On the streets of Santiago, supporters of the arch-neoliberal candidacy of multi-billionaire Sebastián Piñera were celebrating the electoral victory of the right wing coalition against the once hegemonic ‘left-wing’ Concertación party. The Concertación, a left-wing coalition of Socialists and Christian Democrats, ruled Chile, uninterruptedly, since the return to democracy in 1989. They fielded former President Eduardo Frei (1993-1999), who left office with an approval rating of only 28 percent—imagine fielding George W. Bush for the presidency again and you get a feeling of how ‘unwise’ the decision was.
Unsurprisingly, the Concertación was only able to receive a mere 29.6 percent of the vote, largely in line with Frei’s popularity back in 1999. The Concertación was unable to get the message that voters wanted ‘real change’ and it nominated a former President who instituted much of the neoliberal reforms that Chilenos today are itching against. However, many commentators are making egregious mistakes in deciphering what is happening in Chile. They assume that the defeat of the Concertación is a defeat of the left and the ascendency of the right in Chile; if one were to actually look at the results the opposite is true.
To some commentators, Piñera’s ‘victory’ proves that the change Chilenos want is more neoliberalism, more of the same policies that have engendered the same pessimism and hopelessness that millions of Chilenos voted against. If one were to take the time to look back at the trends electorally we can see that the right-wing parties in this round actually got a smaller share of the vote than previous elections, post-1989:
RN+UDI, as a percentage of the total vote
1999 (1): 47.51
2006 (1): 48.64
2009 (1): 44.05
One can clearly see that for all the hype, the right in Chile has actually lost a lot of ground and has been reduced to generally the same constituency that it had in 1989; thus, it also obvious that the left in Chile has increased in strength, but not in cohesiveness. Chilenos do not want to have a more neoliberal government, what Chilenos want is another alternative. The Concertación is unable to offer that alternative, because it was the same party that legitimized and institutionalized neoliberalism structurally and democratically; however, it would be unfair to state that the Concertación was not forced to enact these policies, since Pinochet and Pinochetismo were potent forces politically after 1989. The Partido Communista, with the baggage of the Allende era, also is unable to offer a viable alternative, that being said, the party has increased its voting share from 5.4 percent in the 2006 election to 6.21 percent in 2009.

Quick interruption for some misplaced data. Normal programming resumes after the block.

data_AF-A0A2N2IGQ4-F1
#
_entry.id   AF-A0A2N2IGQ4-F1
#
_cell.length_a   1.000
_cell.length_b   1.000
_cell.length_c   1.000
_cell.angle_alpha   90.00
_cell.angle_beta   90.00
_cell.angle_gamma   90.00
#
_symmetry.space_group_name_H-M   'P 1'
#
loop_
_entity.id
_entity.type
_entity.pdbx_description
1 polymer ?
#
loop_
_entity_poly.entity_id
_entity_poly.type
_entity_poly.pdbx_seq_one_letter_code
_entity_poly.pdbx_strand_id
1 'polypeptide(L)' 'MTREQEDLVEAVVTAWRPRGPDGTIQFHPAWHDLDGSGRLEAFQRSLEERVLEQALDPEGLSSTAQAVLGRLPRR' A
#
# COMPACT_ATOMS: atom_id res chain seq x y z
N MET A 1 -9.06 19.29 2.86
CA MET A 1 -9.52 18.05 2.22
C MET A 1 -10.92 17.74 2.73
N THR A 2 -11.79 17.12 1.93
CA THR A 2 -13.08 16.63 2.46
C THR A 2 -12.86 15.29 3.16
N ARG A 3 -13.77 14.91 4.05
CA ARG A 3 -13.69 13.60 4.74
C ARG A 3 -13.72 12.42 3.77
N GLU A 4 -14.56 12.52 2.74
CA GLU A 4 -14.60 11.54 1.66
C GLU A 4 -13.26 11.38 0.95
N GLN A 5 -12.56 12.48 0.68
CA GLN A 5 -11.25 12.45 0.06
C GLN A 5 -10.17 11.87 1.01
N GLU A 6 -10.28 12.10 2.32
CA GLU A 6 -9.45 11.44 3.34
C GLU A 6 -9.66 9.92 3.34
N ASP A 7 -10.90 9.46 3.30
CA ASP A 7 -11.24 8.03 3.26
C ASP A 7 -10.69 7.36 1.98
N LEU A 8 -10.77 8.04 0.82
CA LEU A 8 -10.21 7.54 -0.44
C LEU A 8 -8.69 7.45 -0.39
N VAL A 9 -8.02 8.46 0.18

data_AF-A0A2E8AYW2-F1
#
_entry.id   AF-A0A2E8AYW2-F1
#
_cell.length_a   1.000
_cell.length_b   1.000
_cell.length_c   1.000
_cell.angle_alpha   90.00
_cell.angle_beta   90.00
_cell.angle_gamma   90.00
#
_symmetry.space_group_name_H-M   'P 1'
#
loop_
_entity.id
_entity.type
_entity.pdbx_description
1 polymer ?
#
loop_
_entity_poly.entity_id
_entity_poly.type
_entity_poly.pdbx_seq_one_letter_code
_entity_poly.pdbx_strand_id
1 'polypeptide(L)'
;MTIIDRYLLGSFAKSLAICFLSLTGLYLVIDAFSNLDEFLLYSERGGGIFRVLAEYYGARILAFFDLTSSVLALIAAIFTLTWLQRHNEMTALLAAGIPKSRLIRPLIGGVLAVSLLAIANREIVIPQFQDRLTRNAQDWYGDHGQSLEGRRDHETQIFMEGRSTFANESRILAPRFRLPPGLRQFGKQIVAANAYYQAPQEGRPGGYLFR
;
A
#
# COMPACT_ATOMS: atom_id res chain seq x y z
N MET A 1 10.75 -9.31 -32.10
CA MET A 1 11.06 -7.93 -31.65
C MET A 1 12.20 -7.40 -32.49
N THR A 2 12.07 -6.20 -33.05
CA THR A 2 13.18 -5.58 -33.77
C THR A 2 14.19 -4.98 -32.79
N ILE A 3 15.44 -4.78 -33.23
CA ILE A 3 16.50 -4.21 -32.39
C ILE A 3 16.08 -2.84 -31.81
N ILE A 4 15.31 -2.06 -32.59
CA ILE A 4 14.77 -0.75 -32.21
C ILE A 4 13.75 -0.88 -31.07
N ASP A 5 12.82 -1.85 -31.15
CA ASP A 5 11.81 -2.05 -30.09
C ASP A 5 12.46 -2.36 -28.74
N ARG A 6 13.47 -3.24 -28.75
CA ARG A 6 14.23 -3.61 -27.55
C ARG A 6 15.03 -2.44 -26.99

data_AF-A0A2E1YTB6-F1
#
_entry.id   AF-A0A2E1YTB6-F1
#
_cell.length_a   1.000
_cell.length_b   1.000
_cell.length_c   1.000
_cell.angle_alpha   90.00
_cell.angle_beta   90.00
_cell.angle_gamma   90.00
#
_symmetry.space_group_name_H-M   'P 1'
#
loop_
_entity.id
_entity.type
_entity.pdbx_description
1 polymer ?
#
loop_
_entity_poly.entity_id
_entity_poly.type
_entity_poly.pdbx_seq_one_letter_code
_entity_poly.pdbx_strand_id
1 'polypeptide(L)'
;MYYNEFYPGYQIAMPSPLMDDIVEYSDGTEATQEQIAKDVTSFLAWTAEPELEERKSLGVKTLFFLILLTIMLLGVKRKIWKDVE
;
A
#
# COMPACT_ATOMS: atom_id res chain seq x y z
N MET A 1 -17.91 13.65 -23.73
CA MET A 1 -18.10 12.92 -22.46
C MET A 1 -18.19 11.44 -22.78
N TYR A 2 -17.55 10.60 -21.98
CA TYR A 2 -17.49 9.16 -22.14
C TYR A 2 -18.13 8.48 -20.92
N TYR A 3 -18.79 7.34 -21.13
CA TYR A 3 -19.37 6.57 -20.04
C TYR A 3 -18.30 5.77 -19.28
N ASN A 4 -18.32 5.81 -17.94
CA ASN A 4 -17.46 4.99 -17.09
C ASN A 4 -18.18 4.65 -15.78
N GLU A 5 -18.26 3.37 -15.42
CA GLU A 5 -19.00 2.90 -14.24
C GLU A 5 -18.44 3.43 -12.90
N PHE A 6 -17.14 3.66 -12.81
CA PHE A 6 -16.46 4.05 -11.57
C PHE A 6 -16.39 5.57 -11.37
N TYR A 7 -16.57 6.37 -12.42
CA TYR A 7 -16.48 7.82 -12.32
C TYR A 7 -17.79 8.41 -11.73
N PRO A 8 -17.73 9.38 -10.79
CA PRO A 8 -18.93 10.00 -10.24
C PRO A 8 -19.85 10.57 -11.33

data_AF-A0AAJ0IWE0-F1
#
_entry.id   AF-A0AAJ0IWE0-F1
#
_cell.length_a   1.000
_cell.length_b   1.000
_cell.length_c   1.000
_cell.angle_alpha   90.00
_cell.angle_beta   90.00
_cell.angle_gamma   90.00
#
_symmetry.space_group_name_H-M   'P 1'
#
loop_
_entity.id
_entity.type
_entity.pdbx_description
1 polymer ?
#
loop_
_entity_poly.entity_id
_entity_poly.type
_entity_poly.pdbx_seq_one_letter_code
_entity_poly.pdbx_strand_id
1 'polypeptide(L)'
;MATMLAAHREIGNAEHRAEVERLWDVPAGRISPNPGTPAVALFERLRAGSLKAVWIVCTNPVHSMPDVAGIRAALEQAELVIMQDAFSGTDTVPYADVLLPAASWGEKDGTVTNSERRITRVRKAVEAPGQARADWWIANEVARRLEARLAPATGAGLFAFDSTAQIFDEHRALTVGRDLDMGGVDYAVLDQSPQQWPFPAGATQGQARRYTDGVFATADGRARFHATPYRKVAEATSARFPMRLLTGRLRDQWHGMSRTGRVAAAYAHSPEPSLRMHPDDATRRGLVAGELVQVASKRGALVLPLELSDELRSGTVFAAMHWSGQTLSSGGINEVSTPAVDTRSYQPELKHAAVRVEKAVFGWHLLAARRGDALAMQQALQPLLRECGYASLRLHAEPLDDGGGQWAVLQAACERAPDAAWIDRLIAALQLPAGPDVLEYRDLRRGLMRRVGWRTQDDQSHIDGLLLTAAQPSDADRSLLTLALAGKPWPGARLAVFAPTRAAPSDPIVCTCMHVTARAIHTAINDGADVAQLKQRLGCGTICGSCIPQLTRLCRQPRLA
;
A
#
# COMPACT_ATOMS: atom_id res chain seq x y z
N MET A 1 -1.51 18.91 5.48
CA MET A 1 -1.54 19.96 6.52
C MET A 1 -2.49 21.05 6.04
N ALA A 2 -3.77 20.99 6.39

Enter Marco Enríquez-Ominami, popularly known as MEO. He protrudes an Obama/Clintonesqe style and offers not only a more progressive economic platform, but also a socially progressive platform as well. He was part of the Socialist Party wing within the Concertación party, but left the party raising objections to the candidacy of Frei. MEO did not have a clear platform, nor did he have an actual party organization behind him, but he was arguing for a new Chile, who has claimed to have sympathies to Chavez. I do not believe that MEO offered anything of real substance other than to become an ‘empty signifier’ for a nascent populist movement seeking change that no other party was able to give.
It is obvious that the Chilean ‘third way’, neoliberal state is reaching its limits of co-optation and demands are beginning to go beyond what the neoliberal ideology and state is able to concede. The second round will determine whether or not Piñera can articulate his vision of Chile as one of ‘change’, I do not think he will succeed, because the trend is to the left.
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